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Special Collections is home to many collections relating to branches of the Preston family that lived in Virginia, Kentucky, and South Carolina from the 18th century onward. Papers may also come from families related to the Prestons by blood or marriage (i.e. Pattons, McDowells, Smiths, and more). The list below includes short descriptions of collections that contain predominantly Preston-created documents. Collections with full finding aids include a link to the guide online. Collections are listed in chronological order by the earliest dated material.
Please note: We have other collections that may include documents and materials created by the Prestons and other families. If you have questions, contact us!
Pioneer Montgomery, Botetourt, and Washington County, Virginia, family. Papers include business transactions, land surveys, and general store accounts (1745-89) relating to William and Susannah Smith Preston; correspondence, business transactions, and notes on farm affairs (1782-1828) relating to their son, John Preston; correspondence and land surveys (1840-82) relating to John, William A., and Alfred G. Preston; correspondence (1848-61) relating to William Ballard Preston; and a day book (1789-1820) of the Prestons of Washington County.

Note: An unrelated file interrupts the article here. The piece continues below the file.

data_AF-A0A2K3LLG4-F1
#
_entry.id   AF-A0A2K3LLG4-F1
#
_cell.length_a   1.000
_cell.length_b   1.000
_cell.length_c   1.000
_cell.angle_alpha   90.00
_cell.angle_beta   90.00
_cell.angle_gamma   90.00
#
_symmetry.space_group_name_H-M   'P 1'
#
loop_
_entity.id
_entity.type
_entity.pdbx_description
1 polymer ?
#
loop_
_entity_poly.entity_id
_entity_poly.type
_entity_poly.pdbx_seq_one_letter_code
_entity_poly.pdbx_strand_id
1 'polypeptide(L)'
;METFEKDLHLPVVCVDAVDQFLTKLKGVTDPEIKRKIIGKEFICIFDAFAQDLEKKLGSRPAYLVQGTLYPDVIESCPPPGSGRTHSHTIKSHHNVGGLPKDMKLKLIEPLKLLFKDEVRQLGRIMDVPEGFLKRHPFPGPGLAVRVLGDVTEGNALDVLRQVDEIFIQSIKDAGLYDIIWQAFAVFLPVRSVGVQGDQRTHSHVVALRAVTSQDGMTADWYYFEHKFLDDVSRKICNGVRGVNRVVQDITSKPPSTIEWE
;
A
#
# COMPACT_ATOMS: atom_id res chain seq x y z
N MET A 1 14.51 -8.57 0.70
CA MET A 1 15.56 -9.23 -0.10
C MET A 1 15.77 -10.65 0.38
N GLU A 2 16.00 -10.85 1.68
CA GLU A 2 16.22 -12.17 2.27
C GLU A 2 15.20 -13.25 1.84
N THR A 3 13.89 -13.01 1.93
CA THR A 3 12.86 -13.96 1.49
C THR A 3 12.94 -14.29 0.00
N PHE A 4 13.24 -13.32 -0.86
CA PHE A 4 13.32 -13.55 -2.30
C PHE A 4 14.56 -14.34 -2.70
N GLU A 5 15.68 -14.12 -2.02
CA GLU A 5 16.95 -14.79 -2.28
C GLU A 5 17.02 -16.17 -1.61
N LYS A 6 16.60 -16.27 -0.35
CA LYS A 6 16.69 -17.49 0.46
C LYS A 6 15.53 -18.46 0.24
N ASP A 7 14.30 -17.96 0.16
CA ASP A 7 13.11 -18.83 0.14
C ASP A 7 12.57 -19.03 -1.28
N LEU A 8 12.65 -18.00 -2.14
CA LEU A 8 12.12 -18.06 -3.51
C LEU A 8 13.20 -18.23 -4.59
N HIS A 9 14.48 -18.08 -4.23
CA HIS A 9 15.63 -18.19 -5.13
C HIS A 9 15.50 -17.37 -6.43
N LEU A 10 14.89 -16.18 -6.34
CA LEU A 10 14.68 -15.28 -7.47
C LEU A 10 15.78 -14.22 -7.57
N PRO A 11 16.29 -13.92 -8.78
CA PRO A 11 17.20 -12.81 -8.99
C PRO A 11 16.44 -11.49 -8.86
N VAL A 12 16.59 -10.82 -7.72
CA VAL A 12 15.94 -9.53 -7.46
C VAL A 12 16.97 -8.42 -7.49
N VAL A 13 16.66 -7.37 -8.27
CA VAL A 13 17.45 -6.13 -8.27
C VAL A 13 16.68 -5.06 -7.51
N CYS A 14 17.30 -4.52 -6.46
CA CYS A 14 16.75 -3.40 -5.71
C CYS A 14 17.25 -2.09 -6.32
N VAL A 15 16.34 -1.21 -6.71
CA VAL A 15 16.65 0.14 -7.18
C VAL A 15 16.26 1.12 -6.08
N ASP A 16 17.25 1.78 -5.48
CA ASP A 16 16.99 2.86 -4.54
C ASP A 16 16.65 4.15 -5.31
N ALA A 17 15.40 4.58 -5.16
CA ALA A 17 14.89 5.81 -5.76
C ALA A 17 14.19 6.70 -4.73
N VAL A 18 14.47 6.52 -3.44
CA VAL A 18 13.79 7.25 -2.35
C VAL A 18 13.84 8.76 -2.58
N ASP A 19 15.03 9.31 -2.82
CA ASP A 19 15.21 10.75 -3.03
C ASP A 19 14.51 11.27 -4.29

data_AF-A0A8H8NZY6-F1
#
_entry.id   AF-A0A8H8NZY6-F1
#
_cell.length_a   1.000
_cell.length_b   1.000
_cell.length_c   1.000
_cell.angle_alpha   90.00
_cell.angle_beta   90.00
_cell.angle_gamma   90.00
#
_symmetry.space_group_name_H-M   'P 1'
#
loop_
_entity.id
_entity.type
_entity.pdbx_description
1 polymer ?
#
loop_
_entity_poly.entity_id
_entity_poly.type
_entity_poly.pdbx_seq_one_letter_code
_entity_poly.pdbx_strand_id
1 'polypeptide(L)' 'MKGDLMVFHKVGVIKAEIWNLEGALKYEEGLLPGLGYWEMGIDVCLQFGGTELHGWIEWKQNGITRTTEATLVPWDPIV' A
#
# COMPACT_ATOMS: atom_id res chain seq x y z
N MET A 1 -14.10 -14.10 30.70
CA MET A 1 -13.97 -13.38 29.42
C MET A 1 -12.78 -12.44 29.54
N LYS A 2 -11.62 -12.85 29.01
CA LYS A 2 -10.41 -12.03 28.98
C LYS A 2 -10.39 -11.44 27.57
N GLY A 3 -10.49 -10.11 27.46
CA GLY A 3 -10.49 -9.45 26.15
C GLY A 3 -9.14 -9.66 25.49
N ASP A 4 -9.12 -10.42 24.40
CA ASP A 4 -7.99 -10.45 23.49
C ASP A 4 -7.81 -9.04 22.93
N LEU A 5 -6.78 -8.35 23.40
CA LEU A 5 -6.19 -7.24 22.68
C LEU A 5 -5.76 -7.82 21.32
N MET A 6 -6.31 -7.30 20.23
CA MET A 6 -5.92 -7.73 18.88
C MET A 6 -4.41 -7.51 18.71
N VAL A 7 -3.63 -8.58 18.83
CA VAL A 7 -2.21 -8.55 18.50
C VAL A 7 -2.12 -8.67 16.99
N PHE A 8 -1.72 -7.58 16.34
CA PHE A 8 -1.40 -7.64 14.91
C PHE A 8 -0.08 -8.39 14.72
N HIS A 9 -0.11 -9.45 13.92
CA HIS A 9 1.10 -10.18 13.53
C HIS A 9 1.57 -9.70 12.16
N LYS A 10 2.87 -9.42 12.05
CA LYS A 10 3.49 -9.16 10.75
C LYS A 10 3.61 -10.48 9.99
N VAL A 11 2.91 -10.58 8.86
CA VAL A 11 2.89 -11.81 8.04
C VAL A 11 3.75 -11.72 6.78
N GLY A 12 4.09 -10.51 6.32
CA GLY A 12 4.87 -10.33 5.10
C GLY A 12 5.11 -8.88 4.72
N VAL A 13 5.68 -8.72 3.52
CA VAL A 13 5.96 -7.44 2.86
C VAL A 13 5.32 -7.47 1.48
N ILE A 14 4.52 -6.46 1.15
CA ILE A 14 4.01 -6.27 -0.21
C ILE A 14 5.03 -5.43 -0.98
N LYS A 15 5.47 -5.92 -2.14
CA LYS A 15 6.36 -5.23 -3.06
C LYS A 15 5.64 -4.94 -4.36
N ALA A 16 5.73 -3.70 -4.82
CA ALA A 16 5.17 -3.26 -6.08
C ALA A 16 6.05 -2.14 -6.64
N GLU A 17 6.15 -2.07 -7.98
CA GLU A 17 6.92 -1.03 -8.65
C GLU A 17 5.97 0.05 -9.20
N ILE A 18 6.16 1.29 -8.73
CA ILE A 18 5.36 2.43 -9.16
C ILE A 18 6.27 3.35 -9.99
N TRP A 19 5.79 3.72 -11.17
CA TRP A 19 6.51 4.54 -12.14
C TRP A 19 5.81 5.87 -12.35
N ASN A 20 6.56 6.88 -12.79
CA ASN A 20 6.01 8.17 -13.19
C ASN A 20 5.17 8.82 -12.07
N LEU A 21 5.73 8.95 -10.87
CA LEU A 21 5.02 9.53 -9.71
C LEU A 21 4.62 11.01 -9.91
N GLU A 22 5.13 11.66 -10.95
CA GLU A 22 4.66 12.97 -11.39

The Didier Collection of Preston Family Papers includes papers of James Patton, Patton's grandson William Preston, and Preston's eldest son, John Preston, all of Montgomery County, Virginia. The Preston family was important in the surveying, settlement, military affairs, and government of Southwest Virginia in the 18th and 19th centuries. Their papers consist of business and legal documents, surveys, and correspondence. Much of the collection relates to John Preston (1764-1827), treasurer of the Commonwealth of Virginia from 1810 to 1819. For further information on the Preston family, see John F. Dorman, _The Prestons of Smithfield and Greenfield in Virginia_ (1982).
The records largely document the recent history of Smithfield Plantation, ancestral home of the Preston family, focusing particularly on its restoration beginning in 1962. While much of the renovation occurred in the 1960s, many of the records detail other renovation projects done in the 1970s and 1980s. The collection also includes historical and other related documents dating from before the original Preston family's residence at Smithfield.
Surveyor and militiaman. Born in Ireland, came to the American colonies in 1738. Settled in area of Virginia that is now Montgomery County. Established the plantation "Smithfield" in 1773, which is now near the Virginia Tech campus and run by the Montgomery County branch of the Association for the Preservation of Virginia Antiquities. Land grant is for 2175 acres in Botetourt County, Virginia (now the land that is Smithfield), purchased by Preston, signed by Virginia colonial Governor John Murray Dunmore.